The Biogeochemistry Team investigates the interaction between biogeochemistry and the structures and dynamics of aquatic ecosystems. This is done by working to understand the factors that regulate the cycling of nutrients and the growth of phytoplankton in the water column of coastal marine environments. Comparative approaches are used and we also seek to understand how the structures and dynamics of aquatic systems may vary or remain largely conserved across broad gradients in geographical or environmental settings.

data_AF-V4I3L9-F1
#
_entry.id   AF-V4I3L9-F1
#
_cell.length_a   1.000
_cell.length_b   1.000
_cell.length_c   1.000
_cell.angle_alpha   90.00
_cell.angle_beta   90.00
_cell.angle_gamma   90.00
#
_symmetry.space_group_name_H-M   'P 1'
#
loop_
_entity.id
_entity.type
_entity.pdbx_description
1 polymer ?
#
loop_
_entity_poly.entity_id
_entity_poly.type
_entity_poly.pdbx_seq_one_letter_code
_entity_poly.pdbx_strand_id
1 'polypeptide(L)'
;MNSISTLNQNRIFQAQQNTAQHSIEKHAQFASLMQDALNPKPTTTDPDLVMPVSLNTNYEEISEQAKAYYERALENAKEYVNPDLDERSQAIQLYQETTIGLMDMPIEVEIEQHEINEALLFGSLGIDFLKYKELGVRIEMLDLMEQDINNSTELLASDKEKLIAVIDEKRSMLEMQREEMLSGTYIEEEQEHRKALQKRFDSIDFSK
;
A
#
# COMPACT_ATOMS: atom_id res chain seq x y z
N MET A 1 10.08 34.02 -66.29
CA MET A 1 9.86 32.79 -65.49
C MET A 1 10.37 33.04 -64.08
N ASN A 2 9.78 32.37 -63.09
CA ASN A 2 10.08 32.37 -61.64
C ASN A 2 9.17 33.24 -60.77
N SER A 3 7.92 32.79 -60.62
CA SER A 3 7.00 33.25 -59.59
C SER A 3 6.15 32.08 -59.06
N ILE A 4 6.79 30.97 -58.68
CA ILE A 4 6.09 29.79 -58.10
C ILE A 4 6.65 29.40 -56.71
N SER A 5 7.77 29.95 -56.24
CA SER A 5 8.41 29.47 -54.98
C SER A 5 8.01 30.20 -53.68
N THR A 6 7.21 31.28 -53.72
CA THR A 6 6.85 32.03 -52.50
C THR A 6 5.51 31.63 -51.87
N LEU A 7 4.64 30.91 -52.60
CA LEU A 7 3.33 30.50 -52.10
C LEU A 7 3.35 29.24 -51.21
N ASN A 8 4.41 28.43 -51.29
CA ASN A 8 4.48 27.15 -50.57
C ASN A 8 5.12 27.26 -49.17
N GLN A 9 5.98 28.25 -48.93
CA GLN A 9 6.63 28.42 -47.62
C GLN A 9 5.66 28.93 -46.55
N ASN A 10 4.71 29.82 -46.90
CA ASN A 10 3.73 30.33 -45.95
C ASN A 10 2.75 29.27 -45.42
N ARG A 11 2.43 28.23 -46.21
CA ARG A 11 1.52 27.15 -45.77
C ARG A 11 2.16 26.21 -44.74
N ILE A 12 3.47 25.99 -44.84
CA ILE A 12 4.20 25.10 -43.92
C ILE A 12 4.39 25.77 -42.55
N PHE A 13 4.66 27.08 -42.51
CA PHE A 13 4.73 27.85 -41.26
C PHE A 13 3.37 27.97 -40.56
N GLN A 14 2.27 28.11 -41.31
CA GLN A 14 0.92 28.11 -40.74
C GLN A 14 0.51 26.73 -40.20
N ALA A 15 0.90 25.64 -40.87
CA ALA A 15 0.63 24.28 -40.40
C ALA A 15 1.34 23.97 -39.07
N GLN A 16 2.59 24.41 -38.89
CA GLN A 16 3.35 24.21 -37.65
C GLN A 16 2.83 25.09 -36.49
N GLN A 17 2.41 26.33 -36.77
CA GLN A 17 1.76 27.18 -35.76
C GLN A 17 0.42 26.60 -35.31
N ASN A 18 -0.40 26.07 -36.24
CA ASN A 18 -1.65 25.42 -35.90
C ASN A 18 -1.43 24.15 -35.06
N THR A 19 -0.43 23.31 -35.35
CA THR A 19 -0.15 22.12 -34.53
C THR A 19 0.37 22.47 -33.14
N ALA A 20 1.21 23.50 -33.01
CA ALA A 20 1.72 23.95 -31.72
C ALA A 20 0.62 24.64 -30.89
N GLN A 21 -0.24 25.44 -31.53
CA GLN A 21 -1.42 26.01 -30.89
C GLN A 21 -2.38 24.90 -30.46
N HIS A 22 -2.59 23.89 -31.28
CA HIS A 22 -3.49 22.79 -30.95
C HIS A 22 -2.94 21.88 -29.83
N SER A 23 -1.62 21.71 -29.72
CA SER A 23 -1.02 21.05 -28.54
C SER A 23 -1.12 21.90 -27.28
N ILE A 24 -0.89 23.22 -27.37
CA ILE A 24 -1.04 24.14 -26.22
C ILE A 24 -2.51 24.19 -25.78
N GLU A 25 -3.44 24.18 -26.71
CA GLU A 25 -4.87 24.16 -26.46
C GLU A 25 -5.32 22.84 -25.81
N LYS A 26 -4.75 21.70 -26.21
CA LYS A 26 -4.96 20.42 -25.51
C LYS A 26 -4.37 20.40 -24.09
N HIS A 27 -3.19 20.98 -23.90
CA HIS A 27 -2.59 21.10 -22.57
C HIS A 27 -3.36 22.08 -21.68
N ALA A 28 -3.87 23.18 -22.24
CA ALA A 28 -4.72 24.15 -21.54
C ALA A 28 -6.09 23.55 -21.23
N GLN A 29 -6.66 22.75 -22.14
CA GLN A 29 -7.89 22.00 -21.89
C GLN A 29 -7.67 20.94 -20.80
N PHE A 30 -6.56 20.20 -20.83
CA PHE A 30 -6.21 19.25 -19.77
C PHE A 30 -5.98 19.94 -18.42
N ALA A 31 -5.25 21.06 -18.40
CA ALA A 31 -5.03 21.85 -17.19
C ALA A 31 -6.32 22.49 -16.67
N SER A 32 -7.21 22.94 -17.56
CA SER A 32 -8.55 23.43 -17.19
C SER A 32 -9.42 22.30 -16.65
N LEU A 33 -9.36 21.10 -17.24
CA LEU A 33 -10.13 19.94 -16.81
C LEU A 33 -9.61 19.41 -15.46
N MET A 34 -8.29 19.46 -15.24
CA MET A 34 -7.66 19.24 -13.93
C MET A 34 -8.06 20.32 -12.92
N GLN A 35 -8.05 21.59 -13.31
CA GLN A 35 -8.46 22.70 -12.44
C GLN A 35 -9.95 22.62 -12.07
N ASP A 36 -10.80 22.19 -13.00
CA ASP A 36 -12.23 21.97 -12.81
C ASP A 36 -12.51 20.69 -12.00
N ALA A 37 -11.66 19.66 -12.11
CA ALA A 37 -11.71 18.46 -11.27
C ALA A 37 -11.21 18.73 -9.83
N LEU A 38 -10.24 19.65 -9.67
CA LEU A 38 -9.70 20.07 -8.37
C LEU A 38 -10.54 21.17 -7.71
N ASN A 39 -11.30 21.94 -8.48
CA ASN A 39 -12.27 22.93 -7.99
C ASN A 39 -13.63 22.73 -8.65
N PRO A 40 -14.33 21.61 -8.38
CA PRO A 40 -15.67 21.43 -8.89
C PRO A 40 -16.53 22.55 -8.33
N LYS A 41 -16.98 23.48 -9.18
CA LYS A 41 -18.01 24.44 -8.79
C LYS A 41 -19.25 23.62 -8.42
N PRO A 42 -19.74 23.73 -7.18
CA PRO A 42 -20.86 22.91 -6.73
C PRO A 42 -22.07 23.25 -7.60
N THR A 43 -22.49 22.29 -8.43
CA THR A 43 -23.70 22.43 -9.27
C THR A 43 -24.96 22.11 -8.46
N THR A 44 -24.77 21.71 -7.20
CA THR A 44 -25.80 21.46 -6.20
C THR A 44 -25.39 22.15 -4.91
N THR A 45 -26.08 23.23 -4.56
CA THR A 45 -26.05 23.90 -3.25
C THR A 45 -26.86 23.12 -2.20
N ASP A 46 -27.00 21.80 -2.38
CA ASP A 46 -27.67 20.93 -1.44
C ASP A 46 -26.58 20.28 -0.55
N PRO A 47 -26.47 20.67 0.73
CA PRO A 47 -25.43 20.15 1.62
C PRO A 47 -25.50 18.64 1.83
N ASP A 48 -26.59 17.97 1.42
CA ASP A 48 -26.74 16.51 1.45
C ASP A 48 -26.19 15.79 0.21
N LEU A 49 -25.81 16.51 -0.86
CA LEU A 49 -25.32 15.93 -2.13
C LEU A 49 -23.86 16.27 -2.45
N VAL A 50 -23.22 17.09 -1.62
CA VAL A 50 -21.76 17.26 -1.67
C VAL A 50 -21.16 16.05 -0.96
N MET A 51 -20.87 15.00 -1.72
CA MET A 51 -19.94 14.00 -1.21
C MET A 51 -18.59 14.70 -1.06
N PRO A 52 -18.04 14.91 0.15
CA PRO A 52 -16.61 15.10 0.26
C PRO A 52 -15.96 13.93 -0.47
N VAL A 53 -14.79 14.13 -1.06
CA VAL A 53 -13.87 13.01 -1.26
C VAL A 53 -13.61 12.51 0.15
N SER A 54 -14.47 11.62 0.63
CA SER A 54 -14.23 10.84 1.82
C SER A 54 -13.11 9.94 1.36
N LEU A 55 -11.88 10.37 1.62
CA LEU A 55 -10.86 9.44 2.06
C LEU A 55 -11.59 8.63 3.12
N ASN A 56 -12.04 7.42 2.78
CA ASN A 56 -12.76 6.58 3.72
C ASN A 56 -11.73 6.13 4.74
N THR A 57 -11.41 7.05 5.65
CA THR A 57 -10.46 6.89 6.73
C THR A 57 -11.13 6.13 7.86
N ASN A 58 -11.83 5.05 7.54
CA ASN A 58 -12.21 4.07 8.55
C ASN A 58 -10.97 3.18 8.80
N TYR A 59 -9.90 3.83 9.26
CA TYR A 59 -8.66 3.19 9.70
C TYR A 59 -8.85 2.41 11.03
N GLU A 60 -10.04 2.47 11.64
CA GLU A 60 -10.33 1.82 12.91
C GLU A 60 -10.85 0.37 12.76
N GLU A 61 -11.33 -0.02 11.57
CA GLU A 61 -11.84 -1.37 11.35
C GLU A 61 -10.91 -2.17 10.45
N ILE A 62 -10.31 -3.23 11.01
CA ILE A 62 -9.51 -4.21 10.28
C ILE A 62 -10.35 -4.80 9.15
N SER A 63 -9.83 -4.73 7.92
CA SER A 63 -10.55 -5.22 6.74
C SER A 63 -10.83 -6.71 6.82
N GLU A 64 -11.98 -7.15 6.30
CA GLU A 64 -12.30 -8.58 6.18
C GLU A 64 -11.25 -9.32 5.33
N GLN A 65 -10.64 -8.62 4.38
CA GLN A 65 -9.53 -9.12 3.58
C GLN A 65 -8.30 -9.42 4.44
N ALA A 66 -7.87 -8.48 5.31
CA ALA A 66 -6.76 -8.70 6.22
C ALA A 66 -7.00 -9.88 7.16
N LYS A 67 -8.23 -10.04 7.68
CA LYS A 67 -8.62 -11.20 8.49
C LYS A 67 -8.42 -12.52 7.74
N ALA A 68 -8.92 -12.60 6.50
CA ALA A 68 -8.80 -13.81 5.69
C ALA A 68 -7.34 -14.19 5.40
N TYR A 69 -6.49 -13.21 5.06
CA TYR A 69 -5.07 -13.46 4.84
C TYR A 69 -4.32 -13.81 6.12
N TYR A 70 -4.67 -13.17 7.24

The primary objectives of the Ecophysiological Team are to determine the suborganismal mechanisms that underlie the ecological responses of intertidal species to their physical and biological environments. Factors of interest include (nutritional status, temperature effects, wave exposure and predator-prey interactions). We utilize molecular and physiological tools, such as the growth and the stress responses, quantified using the RNA:DNA ratio and heat shock protein (Hsp) responses, respectively. For example, experiments are being carried out both in the field and the laboratory to compare the physiological growth rates of mussels (Mytilus californianus and M. trossulus) exposed to different levels of food availability (chlorophyll- a). Additionally we are looking at the response of both predator (Pisaster ochraceus) and prey species (M. californianus) to heat stress at different zones in the intertidal.